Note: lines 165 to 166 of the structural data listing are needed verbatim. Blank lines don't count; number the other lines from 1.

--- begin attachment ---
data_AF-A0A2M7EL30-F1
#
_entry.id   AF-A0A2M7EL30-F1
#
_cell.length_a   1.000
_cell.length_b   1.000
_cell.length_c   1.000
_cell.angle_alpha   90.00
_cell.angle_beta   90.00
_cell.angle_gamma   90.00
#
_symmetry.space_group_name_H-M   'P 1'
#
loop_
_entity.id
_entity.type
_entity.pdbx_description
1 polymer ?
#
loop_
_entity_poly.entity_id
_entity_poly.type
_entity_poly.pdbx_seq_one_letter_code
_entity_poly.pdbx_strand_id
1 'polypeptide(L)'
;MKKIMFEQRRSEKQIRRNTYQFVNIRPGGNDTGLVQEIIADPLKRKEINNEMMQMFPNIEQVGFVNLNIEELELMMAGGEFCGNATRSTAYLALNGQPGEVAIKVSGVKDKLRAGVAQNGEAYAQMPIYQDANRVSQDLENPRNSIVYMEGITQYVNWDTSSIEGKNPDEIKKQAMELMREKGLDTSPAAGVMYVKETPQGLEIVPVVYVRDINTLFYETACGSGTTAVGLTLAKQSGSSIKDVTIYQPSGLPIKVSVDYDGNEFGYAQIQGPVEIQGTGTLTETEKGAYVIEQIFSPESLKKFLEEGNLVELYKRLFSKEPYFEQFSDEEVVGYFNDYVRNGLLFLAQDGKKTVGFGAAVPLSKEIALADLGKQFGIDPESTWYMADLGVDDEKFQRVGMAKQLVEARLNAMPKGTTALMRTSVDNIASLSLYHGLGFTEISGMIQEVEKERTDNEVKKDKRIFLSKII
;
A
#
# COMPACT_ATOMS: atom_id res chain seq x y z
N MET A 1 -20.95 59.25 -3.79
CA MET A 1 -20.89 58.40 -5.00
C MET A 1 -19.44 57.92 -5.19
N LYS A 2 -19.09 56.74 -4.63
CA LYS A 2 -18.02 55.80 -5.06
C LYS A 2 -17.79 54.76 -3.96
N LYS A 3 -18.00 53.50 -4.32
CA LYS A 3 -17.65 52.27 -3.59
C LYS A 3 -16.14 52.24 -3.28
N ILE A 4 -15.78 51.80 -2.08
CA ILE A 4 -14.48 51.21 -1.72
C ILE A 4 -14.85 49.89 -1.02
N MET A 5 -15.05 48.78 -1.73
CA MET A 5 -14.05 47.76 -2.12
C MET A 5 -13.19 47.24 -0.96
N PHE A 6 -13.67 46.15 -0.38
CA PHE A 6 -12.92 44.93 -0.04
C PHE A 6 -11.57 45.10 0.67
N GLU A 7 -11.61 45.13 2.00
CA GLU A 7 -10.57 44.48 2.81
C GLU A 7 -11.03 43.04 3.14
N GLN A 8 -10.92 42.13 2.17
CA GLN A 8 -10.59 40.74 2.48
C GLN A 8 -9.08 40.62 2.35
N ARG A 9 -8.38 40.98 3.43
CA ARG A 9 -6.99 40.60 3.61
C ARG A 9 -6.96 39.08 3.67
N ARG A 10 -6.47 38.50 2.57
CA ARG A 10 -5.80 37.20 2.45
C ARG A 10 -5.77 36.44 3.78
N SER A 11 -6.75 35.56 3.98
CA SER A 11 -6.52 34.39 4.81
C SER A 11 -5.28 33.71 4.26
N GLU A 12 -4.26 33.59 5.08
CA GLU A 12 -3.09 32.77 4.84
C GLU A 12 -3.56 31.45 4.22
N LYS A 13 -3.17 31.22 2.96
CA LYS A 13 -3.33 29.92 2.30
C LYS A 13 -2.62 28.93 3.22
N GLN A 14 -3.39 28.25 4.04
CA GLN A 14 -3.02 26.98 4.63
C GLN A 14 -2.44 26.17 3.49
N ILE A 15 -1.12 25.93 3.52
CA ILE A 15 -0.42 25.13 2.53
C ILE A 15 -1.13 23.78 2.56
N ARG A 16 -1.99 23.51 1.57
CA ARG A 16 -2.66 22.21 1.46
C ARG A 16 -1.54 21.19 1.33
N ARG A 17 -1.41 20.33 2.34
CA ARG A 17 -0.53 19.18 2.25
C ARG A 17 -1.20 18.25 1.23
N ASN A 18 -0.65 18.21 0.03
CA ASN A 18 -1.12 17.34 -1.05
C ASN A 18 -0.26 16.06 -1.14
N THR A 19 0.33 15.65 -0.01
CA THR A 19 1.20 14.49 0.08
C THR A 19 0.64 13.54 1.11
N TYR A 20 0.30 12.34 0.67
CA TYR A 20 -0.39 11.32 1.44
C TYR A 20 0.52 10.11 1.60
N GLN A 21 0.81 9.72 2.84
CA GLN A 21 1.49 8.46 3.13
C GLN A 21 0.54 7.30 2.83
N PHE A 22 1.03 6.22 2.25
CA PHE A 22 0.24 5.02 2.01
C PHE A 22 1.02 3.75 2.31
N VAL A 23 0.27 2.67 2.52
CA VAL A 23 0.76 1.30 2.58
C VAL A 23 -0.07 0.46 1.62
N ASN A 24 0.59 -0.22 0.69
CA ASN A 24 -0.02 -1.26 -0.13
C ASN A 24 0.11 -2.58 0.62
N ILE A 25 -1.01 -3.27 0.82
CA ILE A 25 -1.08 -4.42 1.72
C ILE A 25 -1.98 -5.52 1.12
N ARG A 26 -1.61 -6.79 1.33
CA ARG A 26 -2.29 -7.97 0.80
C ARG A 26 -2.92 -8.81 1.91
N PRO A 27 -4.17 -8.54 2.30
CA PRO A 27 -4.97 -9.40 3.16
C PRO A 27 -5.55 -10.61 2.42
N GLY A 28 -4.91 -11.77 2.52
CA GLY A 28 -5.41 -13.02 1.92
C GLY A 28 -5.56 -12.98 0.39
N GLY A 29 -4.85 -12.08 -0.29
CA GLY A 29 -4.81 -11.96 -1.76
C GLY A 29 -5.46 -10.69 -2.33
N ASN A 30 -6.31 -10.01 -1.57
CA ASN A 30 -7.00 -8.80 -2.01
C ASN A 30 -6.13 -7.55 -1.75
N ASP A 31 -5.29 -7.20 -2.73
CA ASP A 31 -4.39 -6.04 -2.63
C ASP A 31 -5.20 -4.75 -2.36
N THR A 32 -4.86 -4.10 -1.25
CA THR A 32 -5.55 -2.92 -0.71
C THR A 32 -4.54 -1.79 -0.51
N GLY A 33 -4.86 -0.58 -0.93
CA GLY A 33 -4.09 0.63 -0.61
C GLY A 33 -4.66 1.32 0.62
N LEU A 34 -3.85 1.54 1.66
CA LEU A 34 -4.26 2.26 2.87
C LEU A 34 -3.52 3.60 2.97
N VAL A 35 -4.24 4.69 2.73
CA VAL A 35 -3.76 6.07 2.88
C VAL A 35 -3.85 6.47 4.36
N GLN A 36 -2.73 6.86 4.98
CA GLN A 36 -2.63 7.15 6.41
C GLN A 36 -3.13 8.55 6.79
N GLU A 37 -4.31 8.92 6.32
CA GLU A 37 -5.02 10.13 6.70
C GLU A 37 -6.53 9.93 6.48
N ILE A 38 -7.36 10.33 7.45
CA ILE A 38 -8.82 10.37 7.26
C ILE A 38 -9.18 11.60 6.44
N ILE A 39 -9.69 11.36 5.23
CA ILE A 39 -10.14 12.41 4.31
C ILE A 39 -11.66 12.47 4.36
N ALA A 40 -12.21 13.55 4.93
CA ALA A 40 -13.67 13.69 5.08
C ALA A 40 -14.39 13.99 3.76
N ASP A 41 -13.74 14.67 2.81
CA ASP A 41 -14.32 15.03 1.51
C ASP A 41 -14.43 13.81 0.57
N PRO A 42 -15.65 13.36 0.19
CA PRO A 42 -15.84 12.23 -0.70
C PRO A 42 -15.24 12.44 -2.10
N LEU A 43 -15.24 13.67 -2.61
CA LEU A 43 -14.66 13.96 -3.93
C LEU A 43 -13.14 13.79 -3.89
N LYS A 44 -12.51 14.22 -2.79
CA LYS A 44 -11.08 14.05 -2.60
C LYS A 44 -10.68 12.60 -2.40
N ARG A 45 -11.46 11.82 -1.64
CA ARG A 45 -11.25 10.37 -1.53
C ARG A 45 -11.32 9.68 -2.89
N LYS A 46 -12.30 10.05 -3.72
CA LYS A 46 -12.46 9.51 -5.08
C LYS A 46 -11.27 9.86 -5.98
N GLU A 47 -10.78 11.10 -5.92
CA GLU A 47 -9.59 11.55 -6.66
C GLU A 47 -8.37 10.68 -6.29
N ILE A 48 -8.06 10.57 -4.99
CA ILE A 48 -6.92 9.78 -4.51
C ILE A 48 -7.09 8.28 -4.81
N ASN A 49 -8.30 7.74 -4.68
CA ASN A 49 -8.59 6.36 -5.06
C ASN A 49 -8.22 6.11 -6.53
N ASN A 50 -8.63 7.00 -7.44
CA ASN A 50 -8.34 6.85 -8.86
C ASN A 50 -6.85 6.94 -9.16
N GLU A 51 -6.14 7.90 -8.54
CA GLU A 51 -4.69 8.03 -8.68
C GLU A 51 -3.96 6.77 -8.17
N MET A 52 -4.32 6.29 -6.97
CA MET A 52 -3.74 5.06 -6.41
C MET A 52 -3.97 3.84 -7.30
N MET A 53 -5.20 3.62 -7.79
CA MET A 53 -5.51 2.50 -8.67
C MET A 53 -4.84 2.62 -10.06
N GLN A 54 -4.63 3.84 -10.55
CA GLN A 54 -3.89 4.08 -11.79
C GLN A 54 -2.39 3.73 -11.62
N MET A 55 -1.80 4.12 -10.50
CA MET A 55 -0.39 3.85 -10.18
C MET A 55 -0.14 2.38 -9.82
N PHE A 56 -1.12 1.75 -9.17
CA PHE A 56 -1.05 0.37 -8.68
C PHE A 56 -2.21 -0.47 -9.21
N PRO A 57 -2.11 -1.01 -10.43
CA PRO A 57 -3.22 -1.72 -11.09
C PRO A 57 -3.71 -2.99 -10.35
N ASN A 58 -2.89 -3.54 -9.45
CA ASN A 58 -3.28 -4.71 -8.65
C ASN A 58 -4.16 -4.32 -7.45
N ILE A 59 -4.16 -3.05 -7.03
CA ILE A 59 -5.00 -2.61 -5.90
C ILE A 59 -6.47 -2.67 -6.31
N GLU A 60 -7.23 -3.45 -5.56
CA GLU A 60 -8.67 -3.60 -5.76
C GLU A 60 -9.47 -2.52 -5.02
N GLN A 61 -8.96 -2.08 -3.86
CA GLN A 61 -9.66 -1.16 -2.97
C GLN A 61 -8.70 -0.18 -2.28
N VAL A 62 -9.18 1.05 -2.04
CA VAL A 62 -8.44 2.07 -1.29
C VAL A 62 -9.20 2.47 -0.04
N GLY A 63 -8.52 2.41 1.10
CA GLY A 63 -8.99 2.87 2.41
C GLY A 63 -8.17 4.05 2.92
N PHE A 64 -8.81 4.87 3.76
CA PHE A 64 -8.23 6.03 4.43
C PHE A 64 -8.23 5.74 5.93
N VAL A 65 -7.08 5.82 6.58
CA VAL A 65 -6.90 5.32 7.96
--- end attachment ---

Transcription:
C ARG A 45 -11.32 9.68 -2.89
N LYS A 46 -12.30 10.05 -3.72